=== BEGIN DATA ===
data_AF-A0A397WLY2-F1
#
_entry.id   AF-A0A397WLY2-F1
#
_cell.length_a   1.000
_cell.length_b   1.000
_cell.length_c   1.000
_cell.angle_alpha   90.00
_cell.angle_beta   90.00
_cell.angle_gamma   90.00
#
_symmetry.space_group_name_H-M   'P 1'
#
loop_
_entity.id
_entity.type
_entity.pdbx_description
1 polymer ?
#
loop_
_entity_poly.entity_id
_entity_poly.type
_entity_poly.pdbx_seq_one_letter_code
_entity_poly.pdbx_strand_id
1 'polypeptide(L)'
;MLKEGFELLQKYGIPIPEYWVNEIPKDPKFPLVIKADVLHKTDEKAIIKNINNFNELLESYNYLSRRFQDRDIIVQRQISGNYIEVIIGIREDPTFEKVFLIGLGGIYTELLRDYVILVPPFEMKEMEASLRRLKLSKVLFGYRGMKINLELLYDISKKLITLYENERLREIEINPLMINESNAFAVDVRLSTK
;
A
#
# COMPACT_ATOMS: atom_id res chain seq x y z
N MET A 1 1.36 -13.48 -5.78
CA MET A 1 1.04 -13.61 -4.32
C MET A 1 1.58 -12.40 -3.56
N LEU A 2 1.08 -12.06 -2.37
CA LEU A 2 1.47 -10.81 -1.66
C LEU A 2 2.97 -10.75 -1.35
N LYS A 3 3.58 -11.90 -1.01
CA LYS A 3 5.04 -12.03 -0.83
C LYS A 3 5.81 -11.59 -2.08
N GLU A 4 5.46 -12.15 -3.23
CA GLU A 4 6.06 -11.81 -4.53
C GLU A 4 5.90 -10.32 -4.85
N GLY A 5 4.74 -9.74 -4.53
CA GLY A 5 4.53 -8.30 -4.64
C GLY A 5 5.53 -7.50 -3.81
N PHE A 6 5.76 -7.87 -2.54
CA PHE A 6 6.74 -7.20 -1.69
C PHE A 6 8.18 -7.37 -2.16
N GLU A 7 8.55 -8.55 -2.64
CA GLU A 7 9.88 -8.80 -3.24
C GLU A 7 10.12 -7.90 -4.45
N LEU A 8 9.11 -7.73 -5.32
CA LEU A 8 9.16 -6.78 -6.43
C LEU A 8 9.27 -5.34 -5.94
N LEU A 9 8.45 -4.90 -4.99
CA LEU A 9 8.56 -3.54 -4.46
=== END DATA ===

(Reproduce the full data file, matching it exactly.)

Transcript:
data_AF-A0A397WLY2-F1
#
_entry.id   AF-A0A397WLY2-F1
#
_cell.length_a   1.000
_cell.length_b   1.000
_cell.length_c   1.000
_cell.angle_alpha   90.00
_cell.angle_beta   90.00
_cell.angle_gamma   90.00
#
_symmetry.space_group_name_H-M   'P 1'
#
loop_
_entity.id
_entity.type
_entity.pdbx_description
1 polymer ?
#
loop_
_entity_poly.entity_id
_entity_poly.type
_entity_poly.pdbx_seq_one_letter_code
_entity_poly.pdbx_strand_id
1 'polypeptide(L)'
;MLKEGFELLQKYGIPIPEYWVNEIPKDPKFPLVIKADVLHKTDEKAIIKNINNFNELLESYNYLSRRFQDRDIIVQRQISGNYIEVIIGIREDPTFEKVFLIGLGGIYTELLRDYVILVPPFEMKEMEASLRRLKLSKVLFGYRGMKINLELLYDISKKLITLYENERLREIEINPLMINESNAFAVDVRLSTK
;
A
#
# COMPACT_ATOMS: atom_id res chain seq x y z
N MET A 1 1.36 -13.48 -5.78
CA MET A 1 1.04 -13.61 -4.32
C MET A 1 1.58 -12.40 -3.56
N LEU A 2 1.08 -12.06 -2.37
CA LEU A 2 1.47 -10.81 -1.66
C LEU A 2 2.97 -10.75 -1.35
N LYS A 3 3.58 -11.90 -1.01
CA LYS A 3 5.04 -12.03 -0.83
C LYS A 3 5.81 -11.59 -2.08
N GLU A 4 5.46 -12.15 -3.23
CA GLU A 4 6.06 -11.81 -4.53
C GLU A 4 5.90 -10.32 -4.85
N GLY A 5 4.74 -9.74 -4.53
CA GLY A 5 4.53 -8.30 -4.64
C GLY A 5 5.53 -7.50 -3.81
N PHE A 6 5.76 -7.87 -2.54
CA PHE A 6 6.74 -7.20 -1.69
C PHE A 6 8.18 -7.37 -2.16
N GLU A 7 8.55 -8.55 -2.64
CA GLU A 7 9.88 -8.80 -3.24
C GLU A 7 10.12 -7.90 -4.45
N LEU A 8 9.11 -7.73 -5.32
CA LEU A 8 9.16 -6.78 -6.43
C LEU A 8 9.27 -5.34 -5.94
N LEU A 9 8.45 -4.90 -4.99
CA LEU A 9 8.56 -3.54 -4.46